On the surface, UFV’s Abbotsford campus is very blunt about it being a university campus. Whoever planned the space must have thought: well, a university needs buildings and parking. Parking takes care of itself. You pave some land, draw some lines, and there you go — parking. The buildings, it seems, were designed to project their very essence at their inhabitants. Full of classrooms, these buildings seem desperate to tell us something, to declare it sternly, and with a measured tone: This is a place of learning, they seem to say.
So it is, but it is also so much more.
Curious students have doubtless stumbled into C building at various times throughout the year and found its walls dotted with sketches, drawings, and paintings; students running to and from studio spaces with brushes, cameras, and other supplies.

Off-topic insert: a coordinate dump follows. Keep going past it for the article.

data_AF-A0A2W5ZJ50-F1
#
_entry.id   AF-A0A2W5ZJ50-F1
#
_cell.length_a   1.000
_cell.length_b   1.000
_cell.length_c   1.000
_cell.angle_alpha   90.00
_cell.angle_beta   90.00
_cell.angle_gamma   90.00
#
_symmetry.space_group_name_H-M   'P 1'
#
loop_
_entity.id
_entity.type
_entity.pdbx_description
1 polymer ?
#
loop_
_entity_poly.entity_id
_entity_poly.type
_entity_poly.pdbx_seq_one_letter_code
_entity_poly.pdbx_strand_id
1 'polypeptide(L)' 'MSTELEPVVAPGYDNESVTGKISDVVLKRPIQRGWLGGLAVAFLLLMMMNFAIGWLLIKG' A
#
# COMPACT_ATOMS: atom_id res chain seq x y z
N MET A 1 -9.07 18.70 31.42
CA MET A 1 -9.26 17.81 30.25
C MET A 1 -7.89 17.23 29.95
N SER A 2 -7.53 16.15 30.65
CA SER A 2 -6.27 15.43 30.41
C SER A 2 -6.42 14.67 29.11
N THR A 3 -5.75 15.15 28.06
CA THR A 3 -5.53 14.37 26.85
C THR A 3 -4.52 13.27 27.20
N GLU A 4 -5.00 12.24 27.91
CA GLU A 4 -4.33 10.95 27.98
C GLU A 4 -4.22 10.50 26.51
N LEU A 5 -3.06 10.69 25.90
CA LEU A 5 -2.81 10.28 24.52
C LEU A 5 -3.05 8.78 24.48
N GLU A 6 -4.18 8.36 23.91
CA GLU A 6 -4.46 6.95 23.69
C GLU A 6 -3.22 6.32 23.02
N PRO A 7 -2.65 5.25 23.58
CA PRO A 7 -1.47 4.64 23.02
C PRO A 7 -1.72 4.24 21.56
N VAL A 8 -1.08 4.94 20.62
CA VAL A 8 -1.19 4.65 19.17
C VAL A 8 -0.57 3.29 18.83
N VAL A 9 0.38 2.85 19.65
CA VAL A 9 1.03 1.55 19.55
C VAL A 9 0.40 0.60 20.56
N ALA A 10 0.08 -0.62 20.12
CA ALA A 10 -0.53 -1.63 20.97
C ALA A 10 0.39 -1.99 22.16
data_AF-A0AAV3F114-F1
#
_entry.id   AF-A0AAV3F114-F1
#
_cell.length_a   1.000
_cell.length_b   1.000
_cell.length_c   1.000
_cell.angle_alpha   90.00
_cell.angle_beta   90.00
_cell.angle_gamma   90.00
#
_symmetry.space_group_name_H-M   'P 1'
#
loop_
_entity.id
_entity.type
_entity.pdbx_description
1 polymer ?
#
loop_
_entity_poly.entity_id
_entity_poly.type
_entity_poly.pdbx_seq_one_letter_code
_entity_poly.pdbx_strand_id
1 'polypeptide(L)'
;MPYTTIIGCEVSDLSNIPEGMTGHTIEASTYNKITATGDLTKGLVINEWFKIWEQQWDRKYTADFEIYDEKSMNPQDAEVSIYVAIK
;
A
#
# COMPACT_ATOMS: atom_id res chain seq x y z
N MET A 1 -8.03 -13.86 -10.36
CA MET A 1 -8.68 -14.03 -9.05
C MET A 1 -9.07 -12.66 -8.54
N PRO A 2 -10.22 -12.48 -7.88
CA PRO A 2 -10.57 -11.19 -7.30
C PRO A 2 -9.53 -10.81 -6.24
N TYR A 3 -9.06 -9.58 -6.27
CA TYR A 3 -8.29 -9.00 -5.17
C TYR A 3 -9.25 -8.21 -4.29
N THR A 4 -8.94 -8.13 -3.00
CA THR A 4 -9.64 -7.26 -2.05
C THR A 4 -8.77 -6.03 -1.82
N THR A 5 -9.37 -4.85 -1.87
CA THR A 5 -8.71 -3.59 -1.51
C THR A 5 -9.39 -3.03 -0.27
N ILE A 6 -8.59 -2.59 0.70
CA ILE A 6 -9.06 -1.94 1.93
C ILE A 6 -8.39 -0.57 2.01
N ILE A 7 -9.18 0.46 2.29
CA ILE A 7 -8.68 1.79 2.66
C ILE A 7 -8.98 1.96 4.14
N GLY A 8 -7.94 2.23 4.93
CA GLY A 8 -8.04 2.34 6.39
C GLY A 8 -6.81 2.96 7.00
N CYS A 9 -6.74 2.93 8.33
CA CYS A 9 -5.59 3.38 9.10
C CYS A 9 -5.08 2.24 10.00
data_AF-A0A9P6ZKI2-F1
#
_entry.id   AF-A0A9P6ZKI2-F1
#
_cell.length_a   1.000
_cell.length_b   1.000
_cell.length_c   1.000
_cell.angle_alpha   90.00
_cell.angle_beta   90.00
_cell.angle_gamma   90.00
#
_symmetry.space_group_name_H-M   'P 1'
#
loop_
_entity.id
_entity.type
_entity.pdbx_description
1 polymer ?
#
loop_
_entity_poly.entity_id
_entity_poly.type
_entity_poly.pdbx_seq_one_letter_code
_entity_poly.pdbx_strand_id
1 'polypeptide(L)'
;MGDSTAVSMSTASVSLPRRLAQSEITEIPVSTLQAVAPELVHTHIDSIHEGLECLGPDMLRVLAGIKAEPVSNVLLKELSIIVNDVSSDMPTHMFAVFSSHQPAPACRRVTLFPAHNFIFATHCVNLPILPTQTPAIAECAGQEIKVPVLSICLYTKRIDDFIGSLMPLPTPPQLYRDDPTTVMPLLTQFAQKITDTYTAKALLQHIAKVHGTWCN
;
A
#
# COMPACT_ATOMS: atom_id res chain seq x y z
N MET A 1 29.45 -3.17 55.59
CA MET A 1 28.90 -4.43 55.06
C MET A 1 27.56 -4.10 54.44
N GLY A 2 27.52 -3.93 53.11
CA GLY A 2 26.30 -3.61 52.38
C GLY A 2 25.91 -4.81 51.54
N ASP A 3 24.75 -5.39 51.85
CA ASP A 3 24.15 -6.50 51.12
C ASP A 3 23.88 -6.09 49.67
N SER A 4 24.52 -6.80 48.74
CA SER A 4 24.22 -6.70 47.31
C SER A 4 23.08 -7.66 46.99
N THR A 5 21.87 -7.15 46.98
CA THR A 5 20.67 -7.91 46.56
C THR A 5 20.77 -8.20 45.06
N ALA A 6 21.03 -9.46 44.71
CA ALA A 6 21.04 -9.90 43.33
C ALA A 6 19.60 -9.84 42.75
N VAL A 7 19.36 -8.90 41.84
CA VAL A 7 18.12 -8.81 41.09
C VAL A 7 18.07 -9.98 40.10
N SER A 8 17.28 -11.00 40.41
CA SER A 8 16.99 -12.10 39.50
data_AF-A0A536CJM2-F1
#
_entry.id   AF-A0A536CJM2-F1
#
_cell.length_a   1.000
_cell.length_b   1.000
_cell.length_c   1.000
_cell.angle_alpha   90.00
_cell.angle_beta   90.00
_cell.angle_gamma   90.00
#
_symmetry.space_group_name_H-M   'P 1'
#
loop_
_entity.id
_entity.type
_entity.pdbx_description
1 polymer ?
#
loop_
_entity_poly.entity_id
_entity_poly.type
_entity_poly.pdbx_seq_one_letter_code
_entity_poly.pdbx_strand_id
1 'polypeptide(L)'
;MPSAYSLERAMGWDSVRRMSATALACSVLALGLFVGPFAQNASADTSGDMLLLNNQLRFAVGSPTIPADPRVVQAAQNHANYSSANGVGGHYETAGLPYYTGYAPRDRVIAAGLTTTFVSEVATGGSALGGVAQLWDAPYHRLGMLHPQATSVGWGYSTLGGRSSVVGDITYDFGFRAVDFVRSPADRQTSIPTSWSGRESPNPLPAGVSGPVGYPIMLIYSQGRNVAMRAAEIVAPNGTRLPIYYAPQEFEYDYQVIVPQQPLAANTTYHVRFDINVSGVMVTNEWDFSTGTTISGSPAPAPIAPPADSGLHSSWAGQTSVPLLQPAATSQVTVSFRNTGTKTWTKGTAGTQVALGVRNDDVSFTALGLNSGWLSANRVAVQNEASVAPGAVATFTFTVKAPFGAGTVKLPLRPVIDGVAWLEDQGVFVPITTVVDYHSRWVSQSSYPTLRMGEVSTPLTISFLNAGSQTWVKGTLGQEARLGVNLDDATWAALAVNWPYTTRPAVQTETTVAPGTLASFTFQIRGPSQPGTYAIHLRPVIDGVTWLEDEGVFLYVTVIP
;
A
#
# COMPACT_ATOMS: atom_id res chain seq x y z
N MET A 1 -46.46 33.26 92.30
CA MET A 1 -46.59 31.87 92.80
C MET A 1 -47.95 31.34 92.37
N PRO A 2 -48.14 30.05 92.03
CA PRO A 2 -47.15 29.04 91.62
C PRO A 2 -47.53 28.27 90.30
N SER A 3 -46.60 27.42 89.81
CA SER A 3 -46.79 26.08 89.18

There is learning at UFV, but there is also making. There is also art. It’s on the top floor of the Student Union Building, on the walls and corners of C building, and in the S’eliyemetaxwtexw Gallery. Who makes the art that goes up on the walls of our campus? How does it get there, and what does it mean for the UFV community?
In order to get a grip on the process of art-making at UFV, we spoke with UFV’s widespread and varied community of artists: we spoke to professors, ready and willing to impart skills and knowledge to their pupils; to students, one connected to the community at this institution, and the other continuing her journey as an artist by embracing the resources available to her. Out on the fringes, a graduate tackles the real world with enthusiasm after leaving a unique signature on the walls of UFV’s newest building and student hub. Together, these voices tell us just as much about the burgeoning community of artists in the Fraser Valley as they do about the community of minds coming together within the walls of UFV, learning and collaborating, exchanging ideas and skills, all in an effort to create something new.